On another note; God gave specific instructions concerning how the temple was to look. He used the best materials and precious metals. Church designs should represent professionalism and be more than a building with a roof, bathrooms, pulpit, and central heating and cooling. If the people are heavily taxed to build that building, I have a problem. If people freely give to that project, and give equally or more to other outreach programs, I think that is a good thing.

  15. JimC said

    I don’t think megachurches inherently are missing the mark. I attend one in Atlanta (Northpoint Ministries – Buckhead Campus). In fact, our church routinely shows video of the Sr Pastor (Andy Stanley) as the ‘sermon’ that was taped the week before at another location. I attend a small group weekly, read/study the Bible weekly (I try to daily but fail), and have been growing in my relationship with and understanding of Christ for years.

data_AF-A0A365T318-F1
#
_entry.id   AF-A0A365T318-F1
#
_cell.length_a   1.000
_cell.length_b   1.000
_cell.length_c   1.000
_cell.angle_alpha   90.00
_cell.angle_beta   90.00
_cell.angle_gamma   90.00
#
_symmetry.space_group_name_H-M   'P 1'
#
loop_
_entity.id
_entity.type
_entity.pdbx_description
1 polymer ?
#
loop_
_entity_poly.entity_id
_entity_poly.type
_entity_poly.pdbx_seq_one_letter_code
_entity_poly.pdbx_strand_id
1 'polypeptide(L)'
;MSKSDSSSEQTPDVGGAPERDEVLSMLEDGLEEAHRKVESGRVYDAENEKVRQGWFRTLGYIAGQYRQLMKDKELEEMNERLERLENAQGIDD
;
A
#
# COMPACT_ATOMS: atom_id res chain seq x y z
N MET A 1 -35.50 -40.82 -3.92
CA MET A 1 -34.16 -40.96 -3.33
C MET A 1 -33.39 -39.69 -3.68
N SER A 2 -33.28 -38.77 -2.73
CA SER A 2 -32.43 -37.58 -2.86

I can attest that many others in the congregation do the same. I have never felt that the church was asking for more money only to have it squandered away on something non-Christian or to have the building simply look fancy.
    I have to admit that our building cost about $44 million. It is built in a thriving, commercial district of Atlanta. However, we consistenly reach out to people in the area as well as having a huge missions progam that reaches all over the world.

    I am not saying that a mega church is the ONLY way to have a church (I was raised in a small Presbyterian church in a small town in rural Georgia) but it can certainly be an effective way for church goers to grow and reach out just as in a smaller, more intimate church. I refuse to believe that we are ‘missing the mark’ any better or worse than traditional churches. It is the heart and soul of the congregation to live for Christ not the size that makes a church good or bad in the eyes of the Lord.